It would be morally inexcusable for policymakers to turn their backs on Britain’s sink estates. Even the most notorious, deprived council estates can be transformed from dangerous backwaters. Gang members can be presented with a route away from crime towards a better life. Children and families living in these troubled communities can have their lives dramatically enhanced. But only if the government commits to a ten-year programme to clear up the worst estates in the country. Targeted interventions driven by dedicated individuals have made an enormous difference.

Gavin Knight is a journalist and author of the book Hood Rat on inner city gun and gang crime. He is also the writer of The Estate We’re In, a new Policy Exchange report

Gavin Knight has written for the Guardian, Times, Newsweek, Prospect and Evening Standard. He also has appeared on CNN, Sky, BBC and ITN. He spent two years with frontline police units and dozens of gang members researching his non-fiction book on inner city crime, Hood Rat, published by Picador.
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Quiz: Can you identify fake news?

The furore around "fake" news shows no sign of abating. Can you spot what's real and what's not?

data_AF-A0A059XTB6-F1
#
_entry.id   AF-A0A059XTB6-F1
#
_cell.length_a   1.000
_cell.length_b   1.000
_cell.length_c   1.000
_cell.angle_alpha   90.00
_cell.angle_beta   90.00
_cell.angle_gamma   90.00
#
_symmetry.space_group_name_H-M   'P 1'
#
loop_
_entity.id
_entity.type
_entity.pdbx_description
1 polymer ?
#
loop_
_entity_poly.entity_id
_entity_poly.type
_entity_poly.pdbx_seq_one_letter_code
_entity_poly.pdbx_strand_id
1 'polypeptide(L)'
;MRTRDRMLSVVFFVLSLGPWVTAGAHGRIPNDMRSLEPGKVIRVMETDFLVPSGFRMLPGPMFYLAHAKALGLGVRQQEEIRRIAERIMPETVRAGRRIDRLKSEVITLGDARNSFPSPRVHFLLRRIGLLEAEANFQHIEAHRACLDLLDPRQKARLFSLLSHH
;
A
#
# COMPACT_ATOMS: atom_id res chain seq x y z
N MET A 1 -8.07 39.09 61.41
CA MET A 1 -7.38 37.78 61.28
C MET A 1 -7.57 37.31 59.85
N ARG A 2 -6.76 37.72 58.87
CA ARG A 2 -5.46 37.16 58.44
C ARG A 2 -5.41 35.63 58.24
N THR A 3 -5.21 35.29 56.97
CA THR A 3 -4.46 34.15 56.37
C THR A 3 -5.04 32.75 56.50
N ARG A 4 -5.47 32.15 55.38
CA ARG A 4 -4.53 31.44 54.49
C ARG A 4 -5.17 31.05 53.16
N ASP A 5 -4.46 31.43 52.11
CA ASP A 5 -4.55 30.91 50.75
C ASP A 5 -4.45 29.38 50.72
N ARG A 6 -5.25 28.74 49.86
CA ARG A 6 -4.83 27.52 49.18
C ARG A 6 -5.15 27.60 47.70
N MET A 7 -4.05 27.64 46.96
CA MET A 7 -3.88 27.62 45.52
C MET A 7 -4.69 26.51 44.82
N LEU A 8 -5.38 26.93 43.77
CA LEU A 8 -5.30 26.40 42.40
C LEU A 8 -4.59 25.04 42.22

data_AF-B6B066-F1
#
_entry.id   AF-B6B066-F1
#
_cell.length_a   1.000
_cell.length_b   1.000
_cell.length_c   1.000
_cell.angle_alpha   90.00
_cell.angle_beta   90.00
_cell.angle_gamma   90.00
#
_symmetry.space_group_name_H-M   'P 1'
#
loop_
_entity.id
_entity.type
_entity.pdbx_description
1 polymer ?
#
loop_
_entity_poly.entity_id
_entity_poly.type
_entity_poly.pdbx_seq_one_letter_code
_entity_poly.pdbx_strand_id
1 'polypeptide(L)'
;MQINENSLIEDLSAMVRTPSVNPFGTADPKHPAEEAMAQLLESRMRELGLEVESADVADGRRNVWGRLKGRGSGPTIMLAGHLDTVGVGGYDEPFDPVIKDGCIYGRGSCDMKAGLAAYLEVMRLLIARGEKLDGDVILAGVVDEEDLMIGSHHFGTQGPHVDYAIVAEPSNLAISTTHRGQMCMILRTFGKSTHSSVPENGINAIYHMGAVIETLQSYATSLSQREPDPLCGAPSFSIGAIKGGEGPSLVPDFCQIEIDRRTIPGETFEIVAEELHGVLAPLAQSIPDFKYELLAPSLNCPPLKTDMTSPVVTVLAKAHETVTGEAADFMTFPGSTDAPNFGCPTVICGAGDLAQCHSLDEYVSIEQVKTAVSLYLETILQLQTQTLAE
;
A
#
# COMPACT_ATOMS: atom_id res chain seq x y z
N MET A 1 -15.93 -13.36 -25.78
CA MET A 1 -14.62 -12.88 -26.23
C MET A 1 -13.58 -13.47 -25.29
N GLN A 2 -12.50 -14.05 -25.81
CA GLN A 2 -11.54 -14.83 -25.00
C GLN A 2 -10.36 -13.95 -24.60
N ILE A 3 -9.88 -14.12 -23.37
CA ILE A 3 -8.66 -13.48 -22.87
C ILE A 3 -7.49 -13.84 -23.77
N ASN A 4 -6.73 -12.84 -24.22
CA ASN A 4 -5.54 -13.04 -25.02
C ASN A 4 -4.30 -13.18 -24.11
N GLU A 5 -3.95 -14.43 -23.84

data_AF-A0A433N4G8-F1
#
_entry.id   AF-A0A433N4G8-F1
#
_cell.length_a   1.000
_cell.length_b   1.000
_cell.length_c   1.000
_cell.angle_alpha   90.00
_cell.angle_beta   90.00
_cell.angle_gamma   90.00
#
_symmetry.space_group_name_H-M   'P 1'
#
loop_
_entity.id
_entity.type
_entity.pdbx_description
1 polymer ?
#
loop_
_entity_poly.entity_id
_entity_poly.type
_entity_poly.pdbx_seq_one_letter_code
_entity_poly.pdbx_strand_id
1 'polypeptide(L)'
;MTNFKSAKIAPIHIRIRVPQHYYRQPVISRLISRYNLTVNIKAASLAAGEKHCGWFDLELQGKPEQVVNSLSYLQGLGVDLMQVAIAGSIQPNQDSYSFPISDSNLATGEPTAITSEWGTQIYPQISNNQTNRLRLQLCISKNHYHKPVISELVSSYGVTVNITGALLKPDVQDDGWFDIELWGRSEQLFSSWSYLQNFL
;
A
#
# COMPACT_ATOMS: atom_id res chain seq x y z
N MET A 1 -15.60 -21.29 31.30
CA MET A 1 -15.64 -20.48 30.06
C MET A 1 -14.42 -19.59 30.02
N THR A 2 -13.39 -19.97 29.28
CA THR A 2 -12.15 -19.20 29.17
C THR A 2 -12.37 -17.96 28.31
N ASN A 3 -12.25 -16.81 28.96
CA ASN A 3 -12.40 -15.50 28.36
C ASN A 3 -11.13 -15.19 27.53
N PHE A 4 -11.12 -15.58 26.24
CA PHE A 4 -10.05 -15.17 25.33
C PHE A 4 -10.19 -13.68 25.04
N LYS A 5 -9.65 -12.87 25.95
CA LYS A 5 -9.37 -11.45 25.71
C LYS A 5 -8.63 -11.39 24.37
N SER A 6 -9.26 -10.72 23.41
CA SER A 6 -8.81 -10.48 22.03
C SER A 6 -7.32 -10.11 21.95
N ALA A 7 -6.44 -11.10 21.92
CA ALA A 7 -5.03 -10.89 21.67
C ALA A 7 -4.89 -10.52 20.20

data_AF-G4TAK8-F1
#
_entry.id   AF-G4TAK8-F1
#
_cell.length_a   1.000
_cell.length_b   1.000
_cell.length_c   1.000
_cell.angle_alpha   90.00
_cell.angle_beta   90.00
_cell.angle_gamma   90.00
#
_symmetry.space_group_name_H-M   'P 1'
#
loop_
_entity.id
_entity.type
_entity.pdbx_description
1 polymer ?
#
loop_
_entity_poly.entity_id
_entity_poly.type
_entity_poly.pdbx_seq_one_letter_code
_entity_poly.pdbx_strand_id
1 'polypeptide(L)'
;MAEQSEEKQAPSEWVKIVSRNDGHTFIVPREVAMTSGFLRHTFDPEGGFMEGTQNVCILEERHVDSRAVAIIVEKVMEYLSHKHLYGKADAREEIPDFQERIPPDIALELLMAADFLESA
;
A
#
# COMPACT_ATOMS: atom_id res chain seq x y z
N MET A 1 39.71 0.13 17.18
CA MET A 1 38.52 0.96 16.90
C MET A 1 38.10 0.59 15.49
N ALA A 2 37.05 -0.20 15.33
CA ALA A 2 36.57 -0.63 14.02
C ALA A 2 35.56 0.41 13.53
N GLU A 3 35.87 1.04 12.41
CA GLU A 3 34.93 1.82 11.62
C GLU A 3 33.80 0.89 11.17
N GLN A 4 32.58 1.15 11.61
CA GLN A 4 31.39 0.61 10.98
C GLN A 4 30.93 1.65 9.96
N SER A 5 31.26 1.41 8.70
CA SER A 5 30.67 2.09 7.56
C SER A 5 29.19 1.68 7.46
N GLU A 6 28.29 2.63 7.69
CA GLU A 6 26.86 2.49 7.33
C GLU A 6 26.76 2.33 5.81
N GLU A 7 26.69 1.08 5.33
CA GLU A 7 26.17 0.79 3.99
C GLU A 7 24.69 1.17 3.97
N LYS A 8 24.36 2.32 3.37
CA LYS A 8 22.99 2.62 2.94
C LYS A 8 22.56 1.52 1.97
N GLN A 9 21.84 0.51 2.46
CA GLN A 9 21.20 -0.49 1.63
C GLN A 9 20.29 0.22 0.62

Hillary Clinton has spoken out today to warn about the fake news epidemic sweeping the world. Clinton went as far as to say that "lives are at risk" from fake news, the day after Pope Francis compared reading fake news to eating poop. (Side note: with real news like that, who needs the fake stuff?)

The sweeping distrust in fake news has caused some confusion, however, as many are unsure about how to actually tell the reals and the fakes apart. Short from seeing whether the logo will scratch off and asking the man from the market where he got it from, how can you really identify fake news? Take our test to see whether you have all the answers.

 

 

In all seriousness, many claim that identifying fake news is a simple matter of checking the source and disbelieving anything "too good to be true". Unfortunately, however, fake news outlets post real stories too, and real news outlets often slip up and publish the fakes. Use fact-checking websites like Snopes to really get to the bottom of a story, and always do a quick Google before you share anything. 

Amelia Tait is a technology and digital culture writer at the New Statesman.